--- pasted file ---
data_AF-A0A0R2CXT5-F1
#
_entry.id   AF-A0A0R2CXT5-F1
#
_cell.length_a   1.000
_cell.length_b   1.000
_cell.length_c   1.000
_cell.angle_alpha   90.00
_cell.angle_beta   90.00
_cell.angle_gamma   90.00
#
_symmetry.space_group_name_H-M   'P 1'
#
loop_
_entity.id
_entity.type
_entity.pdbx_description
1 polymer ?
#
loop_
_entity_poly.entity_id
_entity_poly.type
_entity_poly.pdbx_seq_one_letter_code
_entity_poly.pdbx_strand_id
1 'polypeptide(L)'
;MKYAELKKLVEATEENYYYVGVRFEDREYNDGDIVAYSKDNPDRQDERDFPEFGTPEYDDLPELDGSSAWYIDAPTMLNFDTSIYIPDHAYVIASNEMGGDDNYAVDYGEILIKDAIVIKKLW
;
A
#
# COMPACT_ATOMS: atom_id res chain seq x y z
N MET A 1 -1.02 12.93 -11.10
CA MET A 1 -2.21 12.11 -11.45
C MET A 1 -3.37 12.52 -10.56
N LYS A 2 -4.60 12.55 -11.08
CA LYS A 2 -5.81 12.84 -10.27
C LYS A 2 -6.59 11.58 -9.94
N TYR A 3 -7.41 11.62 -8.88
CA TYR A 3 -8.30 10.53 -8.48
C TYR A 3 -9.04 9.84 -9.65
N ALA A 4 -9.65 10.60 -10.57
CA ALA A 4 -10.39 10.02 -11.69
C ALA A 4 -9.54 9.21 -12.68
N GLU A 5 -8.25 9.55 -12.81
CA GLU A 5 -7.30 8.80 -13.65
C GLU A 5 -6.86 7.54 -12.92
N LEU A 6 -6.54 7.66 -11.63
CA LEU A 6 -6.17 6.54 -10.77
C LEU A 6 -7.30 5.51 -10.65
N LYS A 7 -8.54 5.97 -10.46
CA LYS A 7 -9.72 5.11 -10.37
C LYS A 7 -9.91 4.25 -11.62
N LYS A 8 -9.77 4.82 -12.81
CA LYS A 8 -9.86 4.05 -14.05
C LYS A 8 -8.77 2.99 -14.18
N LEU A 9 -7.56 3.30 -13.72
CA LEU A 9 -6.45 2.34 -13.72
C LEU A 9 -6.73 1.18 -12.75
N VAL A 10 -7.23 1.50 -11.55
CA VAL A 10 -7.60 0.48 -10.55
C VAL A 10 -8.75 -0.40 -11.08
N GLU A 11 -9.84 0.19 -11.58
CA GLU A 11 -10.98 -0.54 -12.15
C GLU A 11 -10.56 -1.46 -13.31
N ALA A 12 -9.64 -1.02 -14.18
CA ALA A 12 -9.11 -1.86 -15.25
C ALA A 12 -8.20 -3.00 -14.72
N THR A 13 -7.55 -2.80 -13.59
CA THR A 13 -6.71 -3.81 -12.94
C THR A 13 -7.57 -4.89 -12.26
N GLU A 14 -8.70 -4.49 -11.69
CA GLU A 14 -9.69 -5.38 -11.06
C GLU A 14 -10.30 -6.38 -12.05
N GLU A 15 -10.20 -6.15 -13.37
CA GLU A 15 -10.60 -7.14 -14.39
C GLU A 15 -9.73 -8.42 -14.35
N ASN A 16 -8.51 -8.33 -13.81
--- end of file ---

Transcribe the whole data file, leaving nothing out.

data_AF-A0A0R2CXT5-F1
#
_entry.id   AF-A0A0R2CXT5-F1
#
_cell.length_a   1.000
_cell.length_b   1.000
_cell.length_c   1.000
_cell.angle_alpha   90.00
_cell.angle_beta   90.00
_cell.angle_gamma   90.00
#
_symmetry.space_group_name_H-M   'P 1'
#
loop_
_entity.id
_entity.type
_entity.pdbx_description
1 polymer ?
#
loop_
_entity_poly.entity_id
_entity_poly.type
_entity_poly.pdbx_seq_one_letter_code
_entity_poly.pdbx_strand_id
1 'polypeptide(L)'
;MKYAELKKLVEATEENYYYVGVRFEDREYNDGDIVAYSKDNPDRQDERDFPEFGTPEYDDLPELDGSSAWYIDAPTMLNFDTSIYIPDHAYVIASNEMGGDDNYAVDYGEILIKDAIVIKKLW
;
A
#
# COMPACT_ATOMS: atom_id res chain seq x y z
N MET A 1 -1.02 12.93 -11.10
CA MET A 1 -2.21 12.11 -11.45
C MET A 1 -3.37 12.52 -10.56
N LYS A 2 -4.60 12.55 -11.08
CA LYS A 2 -5.81 12.84 -10.27
C LYS A 2 -6.59 11.58 -9.94
N TYR A 3 -7.41 11.62 -8.88
CA TYR A 3 -8.30 10.53 -8.48
C TYR A 3 -9.04 9.84 -9.65
N ALA A 4 -9.65 10.60 -10.57
CA ALA A 4 -10.39 10.02 -11.69
C ALA A 4 -9.54 9.21 -12.68
N GLU A 5 -8.25 9.55 -12.81
CA GLU A 5 -7.30 8.80 -13.65
C GLU A 5 -6.86 7.54 -12.92
N LEU A 6 -6.54 7.66 -11.63
CA LEU A 6 -6.17 6.54 -10.77
C LEU A 6 -7.30 5.51 -10.65
N LYS A 7 -8.54 5.97 -10.46
CA LYS A 7 -9.72 5.11 -10.37
C LYS A 7 -9.91 4.25 -11.62
N LYS A 8 -9.77 4.82 -12.81
CA LYS A 8 -9.86 4.05 -14.05
C LYS A 8 -8.77 2.99 -14.18
N LEU A 9 -7.56 3.30 -13.72
CA LEU A 9 -6.45 2.34 -13.72
C LEU A 9 -6.73 1.18 -12.75
N VAL A 10 -7.23 1.50 -11.55
CA VAL A 10 -7.60 0.48 -10.55
C VAL A 10 -8.75 -0.40 -11.08
N GLU A 11 -9.84 0.19 -11.58
CA GLU A 11 -10.98 -0.54 -12.15
C GLU A 11 -10.56 -1.46 -13.31
N ALA A 12 -9.64 -1.02 -14.18
CA ALA A 12 -9.11 -1.86 -15.25
C ALA A 12 -8.20 -3.00 -14.72
N THR A 13 -7.55 -2.80 -13.59
CA THR A 13 -6.71 -3.81 -12.94
C THR A 13 -7.57 -4.89 -12.26
N GLU A 14 -8.70 -4.49 -11.69
CA GLU A 14 -9.69 -5.38 -11.06
C GLU A 14 -10.30 -6.38 -12.05
N GLU A 15 -10.20 -6.15 -13.37
CA GLU A 15 -10.60 -7.14 -14.39
C GLU A 15 -9.73 -8.42 -14.35
N ASN A 16 -8.51 -8.33 -13.81